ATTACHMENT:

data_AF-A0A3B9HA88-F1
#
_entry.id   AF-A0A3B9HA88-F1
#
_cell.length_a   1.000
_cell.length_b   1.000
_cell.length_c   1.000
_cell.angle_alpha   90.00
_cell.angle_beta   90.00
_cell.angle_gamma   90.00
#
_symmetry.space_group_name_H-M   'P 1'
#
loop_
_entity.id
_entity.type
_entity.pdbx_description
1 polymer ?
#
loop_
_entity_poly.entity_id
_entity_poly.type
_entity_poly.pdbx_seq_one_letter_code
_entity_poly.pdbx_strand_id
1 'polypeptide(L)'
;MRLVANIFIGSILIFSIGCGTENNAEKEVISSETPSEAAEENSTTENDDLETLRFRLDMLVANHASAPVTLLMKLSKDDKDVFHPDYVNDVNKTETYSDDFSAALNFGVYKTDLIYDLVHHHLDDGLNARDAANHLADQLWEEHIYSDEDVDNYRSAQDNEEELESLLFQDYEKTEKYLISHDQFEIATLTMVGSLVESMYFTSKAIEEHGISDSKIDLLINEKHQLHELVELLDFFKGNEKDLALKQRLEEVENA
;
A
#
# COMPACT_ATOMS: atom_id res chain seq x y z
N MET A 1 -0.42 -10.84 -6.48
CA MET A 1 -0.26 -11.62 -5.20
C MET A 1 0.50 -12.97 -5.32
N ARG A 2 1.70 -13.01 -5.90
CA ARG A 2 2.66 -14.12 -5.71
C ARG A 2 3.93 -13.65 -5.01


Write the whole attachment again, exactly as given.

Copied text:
data_AF-A0A3B9HA88-F1
#
_entry.id   AF-A0A3B9HA88-F1
#
_cell.length_a   1.000
_cell.length_b   1.000
_cell.length_c   1.000
_cell.angle_alpha   90.00
_cell.angle_beta   90.00
_cell.angle_gamma   90.00
#
_symmetry.space_group_name_H-M   'P 1'
#
loop_
_entity.id
_entity.type
_entity.pdbx_description
1 polymer ?
#
loop_
_entity_poly.entity_id
_entity_poly.type
_entity_poly.pdbx_seq_one_letter_code
_entity_poly.pdbx_strand_id
1 'polypeptide(L)'
;MRLVANIFIGSILIFSIGCGTENNAEKEVISSETPSEAAEENSTTENDDLETLRFRLDMLVANHASAPVTLLMKLSKDDKDVFHPDYVNDVNKTETYSDDFSAALNFGVYKTDLIYDLVHHHLDDGLNARDAANHLADQLWEEHIYSDEDVDNYRSAQDNEEELESLLFQDYEKTEKYLISHDQFEIATLTMVGSLVESMYFTSKAIEEHGISDSKIDLLINEKHQLHELVELLDFFKGNEKDLALKQRLEEVENA
;
A
#
# COMPACT_ATOMS: atom_id res chain seq x y z
N MET A 1 -0.42 -10.84 -6.48
CA MET A 1 -0.26 -11.62 -5.20
C MET A 1 0.50 -12.97 -5.32
N ARG A 2 1.70 -13.01 -5.90
CA ARG A 2 2.66 -14.12 -5.71
C ARG A 2 3.93 -13.65 -5.01